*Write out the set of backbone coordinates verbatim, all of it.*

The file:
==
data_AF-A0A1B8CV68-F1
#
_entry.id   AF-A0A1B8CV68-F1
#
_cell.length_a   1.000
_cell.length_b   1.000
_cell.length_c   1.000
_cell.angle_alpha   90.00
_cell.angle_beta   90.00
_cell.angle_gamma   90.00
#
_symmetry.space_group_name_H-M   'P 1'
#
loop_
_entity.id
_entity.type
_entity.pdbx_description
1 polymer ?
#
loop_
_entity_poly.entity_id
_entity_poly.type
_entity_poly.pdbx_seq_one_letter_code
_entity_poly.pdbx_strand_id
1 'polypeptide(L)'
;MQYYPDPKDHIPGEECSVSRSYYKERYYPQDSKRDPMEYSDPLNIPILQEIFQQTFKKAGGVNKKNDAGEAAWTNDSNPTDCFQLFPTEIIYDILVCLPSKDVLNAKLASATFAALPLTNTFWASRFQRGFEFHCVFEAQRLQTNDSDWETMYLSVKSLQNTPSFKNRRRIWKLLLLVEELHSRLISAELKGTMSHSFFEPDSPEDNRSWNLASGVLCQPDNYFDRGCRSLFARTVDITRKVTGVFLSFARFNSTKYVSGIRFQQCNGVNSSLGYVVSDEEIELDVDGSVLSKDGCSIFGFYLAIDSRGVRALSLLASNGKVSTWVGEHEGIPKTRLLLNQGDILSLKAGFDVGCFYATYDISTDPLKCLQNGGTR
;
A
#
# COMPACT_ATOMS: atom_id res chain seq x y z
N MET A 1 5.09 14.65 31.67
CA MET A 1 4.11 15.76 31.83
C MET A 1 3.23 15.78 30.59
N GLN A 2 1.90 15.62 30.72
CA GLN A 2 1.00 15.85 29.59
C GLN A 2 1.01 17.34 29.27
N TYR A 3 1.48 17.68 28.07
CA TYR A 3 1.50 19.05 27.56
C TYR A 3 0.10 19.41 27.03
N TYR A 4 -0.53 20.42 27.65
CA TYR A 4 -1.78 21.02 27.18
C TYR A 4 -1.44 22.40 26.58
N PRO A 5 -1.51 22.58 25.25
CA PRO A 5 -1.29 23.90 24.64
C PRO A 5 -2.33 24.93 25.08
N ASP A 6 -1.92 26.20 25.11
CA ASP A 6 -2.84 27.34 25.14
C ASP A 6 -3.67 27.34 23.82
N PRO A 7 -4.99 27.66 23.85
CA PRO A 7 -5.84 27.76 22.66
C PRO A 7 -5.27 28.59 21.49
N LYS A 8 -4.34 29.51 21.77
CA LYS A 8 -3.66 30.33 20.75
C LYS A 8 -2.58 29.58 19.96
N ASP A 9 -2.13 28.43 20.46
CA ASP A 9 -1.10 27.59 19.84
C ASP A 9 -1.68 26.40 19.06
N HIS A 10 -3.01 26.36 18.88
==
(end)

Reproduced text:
data_AF-A0A1B8CV68-F1
#
_entry.id   AF-A0A1B8CV68-F1
#
_cell.length_a   1.000
_cell.length_b   1.000
_cell.length_c   1.000
_cell.angle_alpha   90.00
_cell.angle_beta   90.00
_cell.angle_gamma   90.00
#
_symmetry.space_group_name_H-M   'P 1'
#
loop_
_entity.id
_entity.type
_entity.pdbx_description
1 polymer ?
#
loop_
_entity_poly.entity_id
_entity_poly.type
_entity_poly.pdbx_seq_one_letter_code
_entity_poly.pdbx_strand_id
1 'polypeptide(L)'
;MQYYPDPKDHIPGEECSVSRSYYKERYYPQDSKRDPMEYSDPLNIPILQEIFQQTFKKAGGVNKKNDAGEAAWTNDSNPTDCFQLFPTEIIYDILVCLPSKDVLNAKLASATFAALPLTNTFWASRFQRGFEFHCVFEAQRLQTNDSDWETMYLSVKSLQNTPSFKNRRRIWKLLLLVEELHSRLISAELKGTMSHSFFEPDSPEDNRSWNLASGVLCQPDNYFDRGCRSLFARTVDITRKVTGVFLSFARFNSTKYVSGIRFQQCNGVNSSLGYVVSDEEIELDVDGSVLSKDGCSIFGFYLAIDSRGVRALSLLASNGKVSTWVGEHEGIPKTRLLLNQGDILSLKAGFDVGCFYATYDISTDPLKCLQNGGTR
;
A
#
# COMPACT_ATOMS: atom_id res chain seq x y z
N MET A 1 5.09 14.65 31.67
CA MET A 1 4.11 15.76 31.83
C MET A 1 3.23 15.78 30.59
N GLN A 2 1.90 15.62 30.72
CA GLN A 2 1.00 15.85 29.59
C GLN A 2 1.01 17.34 29.27
N TYR A 3 1.48 17.68 28.07
CA TYR A 3 1.50 19.05 27.56
C TYR A 3 0.10 19.41 27.03
N TYR A 4 -0.53 20.42 27.65
CA TYR A 4 -1.78 21.02 27.18
C TYR A 4 -1.44 22.40 26.58
N PRO A 5 -1.51 22.58 25.25
CA PRO A 5 -1.29 23.90 24.64
C PRO A 5 -2.33 24.93 25.08
N ASP A 6 -1.92 26.20 25.11
CA ASP A 6 -2.84 27.34 25.14
C ASP A 6 -3.67 27.34 23.82
N PRO A 7 -4.99 27.66 23.85
CA PRO A 7 -5.84 27.76 22.66
C PRO A 7 -5.27 28.59 21.49
N LYS A 8 -4.34 29.51 21.77
CA LYS A 8 -3.66 30.33 20.75
C LYS A 8 -2.58 29.58 19.96
N ASP A 9 -2.13 28.43 20.46
CA ASP A 9 -1.10 27.59 19.84
C ASP A 9 -1.68 26.40 19.06
N HIS A 10 -3.01 26.36 18.88